Urticaria is a lesion of the skin whose main characteristic is the formation of papules (circular elevations, prominent and well-demarcated) surrounded by red welts (erythema) and swelling (edema).
Plaques or welts sting very often. They can appear suddenly in any region of the body and disappear spontaneously to reappear later, in some cases, in other places. In general, its appearance is associated with the action of histamine, a substance released by mast cells, connective tissue cells responsible for the dilatation and permeability of small blood vessels.
Depending on the duration of the crisis, the hives can be classified as acute urticaria (lasting less than six weeks or consisting of a single transient and self-limited onset) or chronic urticaria when the condition persists for more than six weeks.
There are cases in which the rash is accompanied by angioedema, an inflammation of the deeper layers of the dermis, which mainly affects the eyelids, lips, ears, feet, hands, and genitals. Although rare, angioedema can affect the mouth and throat mucosa to the point of airway obstruction and laryngeal edema (Quinck’s swelling); severe disease complications are life-threatening.
Urticaria is a pervasive disorder. Studies show that around 20% and 25% of people have expressed at least one episode of the disease.
Causes of Urticaria
Acute urticaria can be triggered by stimulation of immune or non-immune origin. In non-immune origin, the rash is the result of an acute allergic reaction to physical agents, such as certain medications (aspirin, diclofenac penicillin, an antihypertensive …), some foods (seafood, eggs, nuts, milk, chocolate, preserves … ), insect bites, or a reaction to direct skin exposure to cold, heat, sunlight, water (hot and cold), physical exercises. Injuries can also arise in areas of skin under pressure or that have suffered injuries.
Hepatitis, infectious mononucleosis, and rubella are examples of viral infections that may be associated with the appearance of urticaria as the first manifestation of these diseases.
It is tough, however, to establish the activation of most episodes of chronic urticaria. Recent studies indicate that many of these cases may be associated with an autoimmune disease.
Among the symptoms, we have intense itching and burning, signs that may precede the appearance of papules or small white or pink elevations, with the lighter center delimited by hives and reddish swelling.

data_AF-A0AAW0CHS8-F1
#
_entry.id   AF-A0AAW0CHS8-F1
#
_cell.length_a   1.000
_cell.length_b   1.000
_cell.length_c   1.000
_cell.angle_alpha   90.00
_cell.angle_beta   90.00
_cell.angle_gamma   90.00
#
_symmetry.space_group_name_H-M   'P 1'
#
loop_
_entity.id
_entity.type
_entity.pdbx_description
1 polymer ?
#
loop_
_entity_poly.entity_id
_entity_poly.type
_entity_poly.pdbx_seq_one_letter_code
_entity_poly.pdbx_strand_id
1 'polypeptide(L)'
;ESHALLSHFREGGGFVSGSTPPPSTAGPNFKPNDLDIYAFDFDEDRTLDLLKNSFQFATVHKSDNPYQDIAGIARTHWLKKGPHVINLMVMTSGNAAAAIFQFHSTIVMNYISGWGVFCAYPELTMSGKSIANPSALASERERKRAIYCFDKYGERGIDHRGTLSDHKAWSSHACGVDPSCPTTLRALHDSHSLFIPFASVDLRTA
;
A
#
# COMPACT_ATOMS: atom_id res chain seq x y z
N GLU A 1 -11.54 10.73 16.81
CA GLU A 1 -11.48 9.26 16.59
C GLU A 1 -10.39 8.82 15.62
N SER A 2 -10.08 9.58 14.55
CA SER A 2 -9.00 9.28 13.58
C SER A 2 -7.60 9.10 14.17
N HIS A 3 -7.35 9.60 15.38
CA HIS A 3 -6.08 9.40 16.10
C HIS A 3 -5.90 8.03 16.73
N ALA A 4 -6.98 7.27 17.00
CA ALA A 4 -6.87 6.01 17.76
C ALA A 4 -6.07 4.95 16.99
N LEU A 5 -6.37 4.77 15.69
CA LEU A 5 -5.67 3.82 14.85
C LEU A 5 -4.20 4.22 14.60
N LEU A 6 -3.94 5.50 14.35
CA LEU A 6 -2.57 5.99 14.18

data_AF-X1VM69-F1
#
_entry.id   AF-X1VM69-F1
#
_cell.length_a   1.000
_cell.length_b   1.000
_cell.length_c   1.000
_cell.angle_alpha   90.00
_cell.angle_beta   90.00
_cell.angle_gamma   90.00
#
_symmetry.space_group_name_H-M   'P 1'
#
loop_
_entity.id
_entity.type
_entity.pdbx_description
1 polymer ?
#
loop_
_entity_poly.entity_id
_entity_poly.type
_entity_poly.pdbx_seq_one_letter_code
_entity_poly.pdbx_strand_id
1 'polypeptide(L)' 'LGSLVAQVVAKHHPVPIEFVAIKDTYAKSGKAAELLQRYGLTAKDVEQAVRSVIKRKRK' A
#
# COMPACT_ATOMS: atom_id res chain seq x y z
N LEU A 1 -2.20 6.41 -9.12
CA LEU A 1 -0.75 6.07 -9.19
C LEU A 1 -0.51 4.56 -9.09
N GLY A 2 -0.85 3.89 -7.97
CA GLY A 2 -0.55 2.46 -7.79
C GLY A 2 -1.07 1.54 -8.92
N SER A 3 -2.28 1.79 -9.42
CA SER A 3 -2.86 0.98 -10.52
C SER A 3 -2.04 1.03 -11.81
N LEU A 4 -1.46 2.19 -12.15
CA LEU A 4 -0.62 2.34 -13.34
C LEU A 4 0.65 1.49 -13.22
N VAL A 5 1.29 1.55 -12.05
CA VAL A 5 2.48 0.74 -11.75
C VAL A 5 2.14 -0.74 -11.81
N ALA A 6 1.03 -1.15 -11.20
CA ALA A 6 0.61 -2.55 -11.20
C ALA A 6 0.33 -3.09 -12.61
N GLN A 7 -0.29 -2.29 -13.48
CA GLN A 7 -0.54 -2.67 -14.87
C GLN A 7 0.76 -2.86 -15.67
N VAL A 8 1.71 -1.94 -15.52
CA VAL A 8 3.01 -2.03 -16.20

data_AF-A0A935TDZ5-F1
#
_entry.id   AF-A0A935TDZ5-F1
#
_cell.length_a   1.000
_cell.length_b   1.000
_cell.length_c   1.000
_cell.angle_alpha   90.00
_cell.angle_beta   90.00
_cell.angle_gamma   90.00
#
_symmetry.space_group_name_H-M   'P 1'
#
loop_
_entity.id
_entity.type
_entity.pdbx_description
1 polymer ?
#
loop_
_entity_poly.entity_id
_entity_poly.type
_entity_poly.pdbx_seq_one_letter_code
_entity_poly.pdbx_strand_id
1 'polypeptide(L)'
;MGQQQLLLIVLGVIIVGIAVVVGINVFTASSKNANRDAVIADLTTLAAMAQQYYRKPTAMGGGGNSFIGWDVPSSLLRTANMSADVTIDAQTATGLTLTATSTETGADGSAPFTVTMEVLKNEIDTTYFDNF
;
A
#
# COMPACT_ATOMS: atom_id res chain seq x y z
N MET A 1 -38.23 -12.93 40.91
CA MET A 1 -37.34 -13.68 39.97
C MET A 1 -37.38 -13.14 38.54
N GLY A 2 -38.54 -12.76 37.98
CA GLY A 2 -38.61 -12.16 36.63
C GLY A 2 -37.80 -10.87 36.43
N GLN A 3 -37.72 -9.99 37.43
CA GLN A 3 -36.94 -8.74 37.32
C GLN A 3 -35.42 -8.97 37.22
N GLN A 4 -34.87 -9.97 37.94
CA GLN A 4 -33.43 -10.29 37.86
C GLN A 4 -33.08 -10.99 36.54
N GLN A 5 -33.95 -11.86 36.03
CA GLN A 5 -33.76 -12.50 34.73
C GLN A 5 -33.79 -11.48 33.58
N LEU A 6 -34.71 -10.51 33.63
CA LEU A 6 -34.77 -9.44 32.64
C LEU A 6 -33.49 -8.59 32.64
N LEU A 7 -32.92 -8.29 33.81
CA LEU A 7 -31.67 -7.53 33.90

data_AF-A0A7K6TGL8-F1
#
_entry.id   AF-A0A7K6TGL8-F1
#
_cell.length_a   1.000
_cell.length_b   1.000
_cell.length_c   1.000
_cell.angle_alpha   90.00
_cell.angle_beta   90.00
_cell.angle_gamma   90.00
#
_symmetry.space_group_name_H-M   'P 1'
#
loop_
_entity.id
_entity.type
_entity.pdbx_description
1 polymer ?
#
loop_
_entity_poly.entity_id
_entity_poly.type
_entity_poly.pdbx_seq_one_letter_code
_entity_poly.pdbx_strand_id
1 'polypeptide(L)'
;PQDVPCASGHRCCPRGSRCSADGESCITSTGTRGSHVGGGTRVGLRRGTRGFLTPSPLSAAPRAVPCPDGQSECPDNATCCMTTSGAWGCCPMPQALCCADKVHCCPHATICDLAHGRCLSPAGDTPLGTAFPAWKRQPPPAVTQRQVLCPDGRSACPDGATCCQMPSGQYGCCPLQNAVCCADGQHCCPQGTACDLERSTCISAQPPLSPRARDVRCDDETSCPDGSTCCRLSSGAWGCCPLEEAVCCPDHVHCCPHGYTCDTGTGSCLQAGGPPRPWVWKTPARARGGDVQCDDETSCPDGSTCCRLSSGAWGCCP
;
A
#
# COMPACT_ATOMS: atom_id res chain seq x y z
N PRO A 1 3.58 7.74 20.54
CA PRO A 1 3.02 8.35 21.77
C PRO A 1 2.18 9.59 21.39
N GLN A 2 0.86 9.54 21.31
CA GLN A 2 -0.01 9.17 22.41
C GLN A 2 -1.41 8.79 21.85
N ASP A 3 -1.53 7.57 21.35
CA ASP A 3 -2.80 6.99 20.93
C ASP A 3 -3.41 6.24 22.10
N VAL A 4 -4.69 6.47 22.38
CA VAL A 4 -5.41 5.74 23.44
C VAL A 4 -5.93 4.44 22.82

The size of the lesions varies significantly because the lesions can erupt isolated or form plaques in bulk. Although they disappear without leaving marks on the skin, they can again manifest themselves in any other region of the body.
Symptoms such as shortness of breath and difficulty swallowing and speaking, although rare, are severe complications of both urticaria and angioedema and require urgent medical attention.
The patient’s medical history, eating habits, drug use, and injuries are essential data for diagnosing urticaria. Blood tests and skin tests can be helpful to identify the cause and triggers, as well as to establish the differential diagnosis with other skin diseases.
Unfortunately, this is not always possible, and some cases are classified as chronic idiopathic urticaria.
Treatment of Urticaria
Whenever it is possible to identify the cause of the lesions, the treatment of urticaria consists in completely suspending contact with the agent that activates the symptoms.
Antihistamines, oral drugs, help relieve symptoms by inhibiting histamine receptors’ action. In more severe cases, mainly when associated with angioedema, it may be necessary to introduce drugs with steroids in the medical formula.
Medications for local or topical use do not usually give effective results in treating urticaria.
* Stay tuned. If you already know the trigger for the outbreaks of urticaria, stay away from it. This is the surest way to avoid crises.
* Avoid scratching the skin, especially in the areas where the lesions developed.
* Apply cold compresses on the lesions to relieve the itching characteristic of urticaria.